Affordability is a crucial component of the college search process. With college tuition costs skyrocketing and many students planning to pursue postgraduate studies, most students are wise to consider a variety of ways to economize their undergraduate education. Weighing financial aid options and navigating the process is complex and can require a strategic focus. Having a knowledgeable counselor to inform families of the various factors and pros/cons of different approaches will prove very useful.
Key points to keep in mind:
Key points to keep in mind:
- The "sticker price" is often reduced by financial aid and/or negotiation. Even if your child won't qualify for needs-based aid, he or she could stand a chance of receiving merit aid awards. Don't eliminate schools from a college list based solely on stated price.
- By the same token, be realistic about odds of being awarded aid. If a school is a "reach school" (the student's grades/test scores are in the bottom 25% of the applicant pool or lower), admission is unlikely to come with merit aid because that student is not a top-tier applicant for that school. If a student's grades/scores put him or her in the top 10% of the applicant pool (and even better in the top 1-5%), that student is much more likely to receive merit-based financial aid from that institution.
- Consider whether a school typically offers merit aid. The Ivy League schools for example do not offer merit aid, though they may offer some grant aid to students whose family income is less than $250,000 per year. So if your student wants to aim for admission to an Ivy League school, families should be aware that they may not be entitled to much (or any) reduction from the sticker price in the form of merit aid scholarships/grants. Managing expectations is important in this scenario.
- Be aware that "public schools are always cheaper than private schools" is a myth in terms of college admissions. Private schools often have larger endowments and resources available to use in financial aid packages, and the bottom line cost of attendance at a private college may well be cheaper than the public state school alternative. Keep in mind that when evaluating the overall cost of a degree from institutions, you will want to consider the percentage of students completing a degree in 4 years (vs 5 years or 6 years). Four years at a higher-priced private institution may still be a better deal than five or six years at a more modestly-priced large state school.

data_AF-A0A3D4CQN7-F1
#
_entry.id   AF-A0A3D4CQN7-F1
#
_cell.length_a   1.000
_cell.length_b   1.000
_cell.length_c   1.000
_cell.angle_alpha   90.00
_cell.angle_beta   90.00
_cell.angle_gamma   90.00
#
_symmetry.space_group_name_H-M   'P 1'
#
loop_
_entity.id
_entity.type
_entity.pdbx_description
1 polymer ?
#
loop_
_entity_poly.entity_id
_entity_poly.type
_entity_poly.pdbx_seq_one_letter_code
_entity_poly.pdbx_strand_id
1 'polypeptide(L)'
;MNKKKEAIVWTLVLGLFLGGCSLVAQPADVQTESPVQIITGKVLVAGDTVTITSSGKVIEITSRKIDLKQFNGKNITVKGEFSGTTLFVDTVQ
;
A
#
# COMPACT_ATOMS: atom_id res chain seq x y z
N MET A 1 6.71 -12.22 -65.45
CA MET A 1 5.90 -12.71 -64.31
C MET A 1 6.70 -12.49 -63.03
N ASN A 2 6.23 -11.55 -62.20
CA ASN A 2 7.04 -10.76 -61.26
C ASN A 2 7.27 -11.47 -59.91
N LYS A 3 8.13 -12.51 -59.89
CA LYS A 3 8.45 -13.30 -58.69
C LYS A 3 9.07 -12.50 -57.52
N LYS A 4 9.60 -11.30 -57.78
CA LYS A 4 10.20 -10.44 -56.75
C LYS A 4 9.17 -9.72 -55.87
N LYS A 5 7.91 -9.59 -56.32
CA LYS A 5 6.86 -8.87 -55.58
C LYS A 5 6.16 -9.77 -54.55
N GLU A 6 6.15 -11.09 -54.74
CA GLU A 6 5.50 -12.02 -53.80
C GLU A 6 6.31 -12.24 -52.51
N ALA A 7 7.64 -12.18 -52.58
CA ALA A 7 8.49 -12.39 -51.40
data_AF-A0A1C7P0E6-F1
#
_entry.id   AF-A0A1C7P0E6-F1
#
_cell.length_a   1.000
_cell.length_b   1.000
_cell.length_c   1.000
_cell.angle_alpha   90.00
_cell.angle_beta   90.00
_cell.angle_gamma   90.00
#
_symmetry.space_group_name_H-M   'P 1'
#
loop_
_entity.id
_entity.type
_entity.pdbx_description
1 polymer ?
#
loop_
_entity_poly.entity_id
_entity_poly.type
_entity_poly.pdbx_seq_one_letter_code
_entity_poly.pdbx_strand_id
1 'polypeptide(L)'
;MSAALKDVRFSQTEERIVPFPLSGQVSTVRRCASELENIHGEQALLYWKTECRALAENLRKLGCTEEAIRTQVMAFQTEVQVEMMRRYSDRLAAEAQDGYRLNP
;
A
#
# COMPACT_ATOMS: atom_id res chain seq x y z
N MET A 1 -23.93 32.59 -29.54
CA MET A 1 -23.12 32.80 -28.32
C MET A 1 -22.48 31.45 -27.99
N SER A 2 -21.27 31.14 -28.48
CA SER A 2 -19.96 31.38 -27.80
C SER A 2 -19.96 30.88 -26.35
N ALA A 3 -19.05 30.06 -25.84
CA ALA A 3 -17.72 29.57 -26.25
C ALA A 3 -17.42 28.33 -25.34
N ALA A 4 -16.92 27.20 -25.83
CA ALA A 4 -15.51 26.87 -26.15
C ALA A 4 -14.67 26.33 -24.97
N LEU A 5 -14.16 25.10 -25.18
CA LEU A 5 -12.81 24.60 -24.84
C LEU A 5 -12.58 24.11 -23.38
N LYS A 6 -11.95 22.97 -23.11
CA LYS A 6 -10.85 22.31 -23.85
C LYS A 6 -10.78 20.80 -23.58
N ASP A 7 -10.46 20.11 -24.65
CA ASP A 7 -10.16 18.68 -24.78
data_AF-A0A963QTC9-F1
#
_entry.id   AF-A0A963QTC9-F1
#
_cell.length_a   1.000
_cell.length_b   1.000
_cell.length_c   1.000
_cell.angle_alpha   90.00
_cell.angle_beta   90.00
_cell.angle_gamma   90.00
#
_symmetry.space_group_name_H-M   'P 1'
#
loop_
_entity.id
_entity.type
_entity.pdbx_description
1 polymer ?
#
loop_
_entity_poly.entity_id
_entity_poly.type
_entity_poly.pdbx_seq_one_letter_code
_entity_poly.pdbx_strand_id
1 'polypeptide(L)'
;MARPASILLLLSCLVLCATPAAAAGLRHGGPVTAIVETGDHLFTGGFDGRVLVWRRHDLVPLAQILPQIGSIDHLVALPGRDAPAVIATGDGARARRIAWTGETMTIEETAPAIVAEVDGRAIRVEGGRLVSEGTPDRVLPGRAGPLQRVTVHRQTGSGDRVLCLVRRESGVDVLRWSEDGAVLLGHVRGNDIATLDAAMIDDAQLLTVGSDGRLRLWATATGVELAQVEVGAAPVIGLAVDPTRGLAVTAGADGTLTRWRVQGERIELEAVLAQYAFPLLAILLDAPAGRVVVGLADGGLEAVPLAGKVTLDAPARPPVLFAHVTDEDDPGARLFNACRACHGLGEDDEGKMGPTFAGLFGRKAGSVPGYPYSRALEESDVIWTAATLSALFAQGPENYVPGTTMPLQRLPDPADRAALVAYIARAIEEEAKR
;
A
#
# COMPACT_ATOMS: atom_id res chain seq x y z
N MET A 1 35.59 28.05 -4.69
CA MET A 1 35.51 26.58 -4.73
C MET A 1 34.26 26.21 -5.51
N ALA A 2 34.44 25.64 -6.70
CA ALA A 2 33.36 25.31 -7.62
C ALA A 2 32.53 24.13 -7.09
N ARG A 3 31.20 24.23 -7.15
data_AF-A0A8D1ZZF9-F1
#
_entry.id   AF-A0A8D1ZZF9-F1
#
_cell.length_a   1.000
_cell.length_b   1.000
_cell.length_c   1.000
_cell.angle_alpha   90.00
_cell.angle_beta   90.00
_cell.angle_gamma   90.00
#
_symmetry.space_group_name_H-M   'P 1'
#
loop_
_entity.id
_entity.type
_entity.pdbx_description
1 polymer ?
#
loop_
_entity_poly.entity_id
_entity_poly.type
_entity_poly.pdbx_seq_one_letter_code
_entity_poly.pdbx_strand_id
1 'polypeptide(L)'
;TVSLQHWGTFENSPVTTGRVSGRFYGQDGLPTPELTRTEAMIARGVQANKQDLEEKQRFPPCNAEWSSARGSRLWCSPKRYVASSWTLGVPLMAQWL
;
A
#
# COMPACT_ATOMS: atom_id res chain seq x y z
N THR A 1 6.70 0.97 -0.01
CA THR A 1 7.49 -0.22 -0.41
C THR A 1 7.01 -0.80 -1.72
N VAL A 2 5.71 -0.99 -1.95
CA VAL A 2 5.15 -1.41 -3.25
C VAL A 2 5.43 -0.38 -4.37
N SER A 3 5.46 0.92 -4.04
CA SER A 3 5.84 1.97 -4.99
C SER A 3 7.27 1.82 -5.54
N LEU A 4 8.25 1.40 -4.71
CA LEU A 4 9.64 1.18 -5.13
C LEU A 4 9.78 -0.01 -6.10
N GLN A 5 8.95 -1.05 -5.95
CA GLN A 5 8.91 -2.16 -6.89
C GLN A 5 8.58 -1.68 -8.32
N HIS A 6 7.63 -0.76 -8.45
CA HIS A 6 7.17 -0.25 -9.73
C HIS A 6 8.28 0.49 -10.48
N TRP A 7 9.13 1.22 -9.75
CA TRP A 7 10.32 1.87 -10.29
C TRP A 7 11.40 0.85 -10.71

- Creating a College List with affordability objectives in mind:
- Apply to at least 2 safety schools, preferably safety schools that are in-state, low-cost options
- The so-called T20 ("Top 20") schools offer almost no merit aid. Include no more than 2 of those schools on your list under the "just to see what happens" theory unless finances are not an issue for you or your family. While you may be admitted, odds are very high that your admissions offer will not be paired with any relief from the high sticker price
- Work with us or on your own to estimate your chances for merit aid awards and apply to at least 3-4 safety or target schools where you stand a good shot at being awarded enough merit aid to bring the overall cost in line with state schools
- Actively consider schools that offer solid merit aid, especially those schools that have a transparent award matrix or otherwise detail how merit aid is awarded. Don't apply if you are otherwise completely uninterested in a school that might give you merit aid, but do research all the schools where you stand a good chance of receiving merit aid